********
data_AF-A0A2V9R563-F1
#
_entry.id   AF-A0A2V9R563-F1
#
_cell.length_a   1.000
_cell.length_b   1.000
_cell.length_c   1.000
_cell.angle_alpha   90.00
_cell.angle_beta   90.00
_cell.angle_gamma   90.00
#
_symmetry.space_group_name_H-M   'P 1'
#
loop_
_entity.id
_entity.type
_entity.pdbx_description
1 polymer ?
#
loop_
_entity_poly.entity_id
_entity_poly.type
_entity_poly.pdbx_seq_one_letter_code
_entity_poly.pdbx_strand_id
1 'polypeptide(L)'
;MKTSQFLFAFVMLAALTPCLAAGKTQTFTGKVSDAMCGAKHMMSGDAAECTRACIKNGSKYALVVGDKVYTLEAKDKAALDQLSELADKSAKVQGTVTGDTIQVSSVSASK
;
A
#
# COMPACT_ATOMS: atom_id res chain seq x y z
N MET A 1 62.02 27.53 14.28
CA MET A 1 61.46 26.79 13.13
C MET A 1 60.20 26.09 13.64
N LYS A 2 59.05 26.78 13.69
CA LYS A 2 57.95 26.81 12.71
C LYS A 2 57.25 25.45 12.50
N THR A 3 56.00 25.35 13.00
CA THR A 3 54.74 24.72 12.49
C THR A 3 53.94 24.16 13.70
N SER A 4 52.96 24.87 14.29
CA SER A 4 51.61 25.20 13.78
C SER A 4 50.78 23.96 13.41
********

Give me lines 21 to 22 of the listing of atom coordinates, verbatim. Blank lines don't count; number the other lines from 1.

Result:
_entity_poly.entity_id
_entity_poly.type